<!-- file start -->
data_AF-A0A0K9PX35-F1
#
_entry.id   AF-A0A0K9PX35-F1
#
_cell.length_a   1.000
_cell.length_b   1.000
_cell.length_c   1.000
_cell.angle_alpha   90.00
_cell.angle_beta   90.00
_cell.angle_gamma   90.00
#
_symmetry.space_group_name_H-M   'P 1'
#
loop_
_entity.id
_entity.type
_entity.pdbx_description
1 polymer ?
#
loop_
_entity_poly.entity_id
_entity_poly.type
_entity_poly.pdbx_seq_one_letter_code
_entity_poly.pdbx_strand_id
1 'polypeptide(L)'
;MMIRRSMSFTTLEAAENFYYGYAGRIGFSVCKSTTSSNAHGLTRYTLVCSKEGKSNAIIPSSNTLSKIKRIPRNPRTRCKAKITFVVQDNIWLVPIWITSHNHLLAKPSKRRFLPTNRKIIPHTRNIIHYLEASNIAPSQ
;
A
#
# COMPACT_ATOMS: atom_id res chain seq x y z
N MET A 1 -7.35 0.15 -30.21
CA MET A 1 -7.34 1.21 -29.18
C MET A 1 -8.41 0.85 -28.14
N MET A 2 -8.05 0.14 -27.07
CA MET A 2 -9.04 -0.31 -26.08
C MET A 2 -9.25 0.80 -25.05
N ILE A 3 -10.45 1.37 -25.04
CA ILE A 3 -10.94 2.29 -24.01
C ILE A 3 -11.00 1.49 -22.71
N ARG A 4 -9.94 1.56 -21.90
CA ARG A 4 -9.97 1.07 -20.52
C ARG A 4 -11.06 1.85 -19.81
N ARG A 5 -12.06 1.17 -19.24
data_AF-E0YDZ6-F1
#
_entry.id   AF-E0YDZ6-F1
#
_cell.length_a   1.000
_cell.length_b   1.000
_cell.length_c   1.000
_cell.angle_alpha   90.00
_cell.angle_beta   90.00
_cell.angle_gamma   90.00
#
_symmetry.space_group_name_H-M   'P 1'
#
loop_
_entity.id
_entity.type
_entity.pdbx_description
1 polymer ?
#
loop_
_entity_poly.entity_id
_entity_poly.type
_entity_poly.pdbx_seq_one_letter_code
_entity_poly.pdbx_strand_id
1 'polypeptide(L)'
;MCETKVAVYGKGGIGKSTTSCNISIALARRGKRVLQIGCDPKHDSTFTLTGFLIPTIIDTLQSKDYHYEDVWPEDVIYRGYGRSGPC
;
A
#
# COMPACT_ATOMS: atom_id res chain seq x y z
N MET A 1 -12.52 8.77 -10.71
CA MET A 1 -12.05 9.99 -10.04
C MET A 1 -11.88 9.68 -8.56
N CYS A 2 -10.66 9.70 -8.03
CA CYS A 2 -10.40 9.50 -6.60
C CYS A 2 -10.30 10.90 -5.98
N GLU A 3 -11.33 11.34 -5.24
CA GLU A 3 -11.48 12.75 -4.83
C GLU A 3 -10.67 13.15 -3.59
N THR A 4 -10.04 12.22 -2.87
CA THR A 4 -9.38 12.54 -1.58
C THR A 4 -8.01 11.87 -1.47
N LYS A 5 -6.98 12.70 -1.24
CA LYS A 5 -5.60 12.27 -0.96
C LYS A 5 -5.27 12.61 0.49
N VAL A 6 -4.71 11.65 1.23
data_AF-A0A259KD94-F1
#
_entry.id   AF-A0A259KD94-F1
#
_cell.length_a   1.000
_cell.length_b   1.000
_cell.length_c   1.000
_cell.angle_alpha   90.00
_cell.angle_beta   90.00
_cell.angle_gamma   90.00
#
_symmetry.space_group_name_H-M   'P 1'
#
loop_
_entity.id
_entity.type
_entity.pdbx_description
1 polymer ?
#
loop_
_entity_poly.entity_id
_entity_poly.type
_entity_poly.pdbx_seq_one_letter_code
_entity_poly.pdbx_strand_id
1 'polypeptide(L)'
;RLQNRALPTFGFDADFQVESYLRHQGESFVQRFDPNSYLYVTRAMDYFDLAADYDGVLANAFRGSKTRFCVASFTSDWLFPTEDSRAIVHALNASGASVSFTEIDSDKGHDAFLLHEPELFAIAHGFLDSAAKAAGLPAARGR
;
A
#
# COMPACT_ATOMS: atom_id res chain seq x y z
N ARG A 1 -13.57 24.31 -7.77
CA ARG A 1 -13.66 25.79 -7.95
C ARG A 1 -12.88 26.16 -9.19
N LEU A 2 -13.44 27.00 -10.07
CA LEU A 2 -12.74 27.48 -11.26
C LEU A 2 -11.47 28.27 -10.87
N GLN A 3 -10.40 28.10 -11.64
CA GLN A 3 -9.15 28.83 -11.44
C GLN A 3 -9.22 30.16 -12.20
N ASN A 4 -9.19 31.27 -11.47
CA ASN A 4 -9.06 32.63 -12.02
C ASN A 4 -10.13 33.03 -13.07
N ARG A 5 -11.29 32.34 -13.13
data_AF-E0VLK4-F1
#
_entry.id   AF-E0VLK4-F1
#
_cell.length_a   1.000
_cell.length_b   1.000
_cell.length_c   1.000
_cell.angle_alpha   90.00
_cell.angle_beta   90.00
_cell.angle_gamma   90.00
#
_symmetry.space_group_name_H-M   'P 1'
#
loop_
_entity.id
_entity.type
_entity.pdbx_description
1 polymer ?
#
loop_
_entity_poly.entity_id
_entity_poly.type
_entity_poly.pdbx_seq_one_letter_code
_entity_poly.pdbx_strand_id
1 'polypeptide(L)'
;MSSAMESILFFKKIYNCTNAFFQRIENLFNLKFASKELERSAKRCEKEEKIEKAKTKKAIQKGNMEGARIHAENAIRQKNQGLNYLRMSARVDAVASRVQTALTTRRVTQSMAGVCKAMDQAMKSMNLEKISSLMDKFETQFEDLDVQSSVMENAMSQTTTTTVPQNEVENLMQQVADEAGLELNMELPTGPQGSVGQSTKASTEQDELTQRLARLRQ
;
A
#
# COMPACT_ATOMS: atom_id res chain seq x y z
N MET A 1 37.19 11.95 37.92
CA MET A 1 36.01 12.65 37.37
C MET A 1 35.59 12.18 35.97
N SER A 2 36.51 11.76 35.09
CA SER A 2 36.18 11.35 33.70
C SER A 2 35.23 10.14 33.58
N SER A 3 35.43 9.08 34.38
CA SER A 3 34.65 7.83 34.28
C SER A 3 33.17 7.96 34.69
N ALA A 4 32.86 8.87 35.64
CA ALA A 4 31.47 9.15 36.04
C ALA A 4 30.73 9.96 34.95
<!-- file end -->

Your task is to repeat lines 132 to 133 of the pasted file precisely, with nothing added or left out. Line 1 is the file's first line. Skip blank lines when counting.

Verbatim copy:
N ARG A 5 -11.29 32.34 -13.13
data_AF-E0VLK4-F1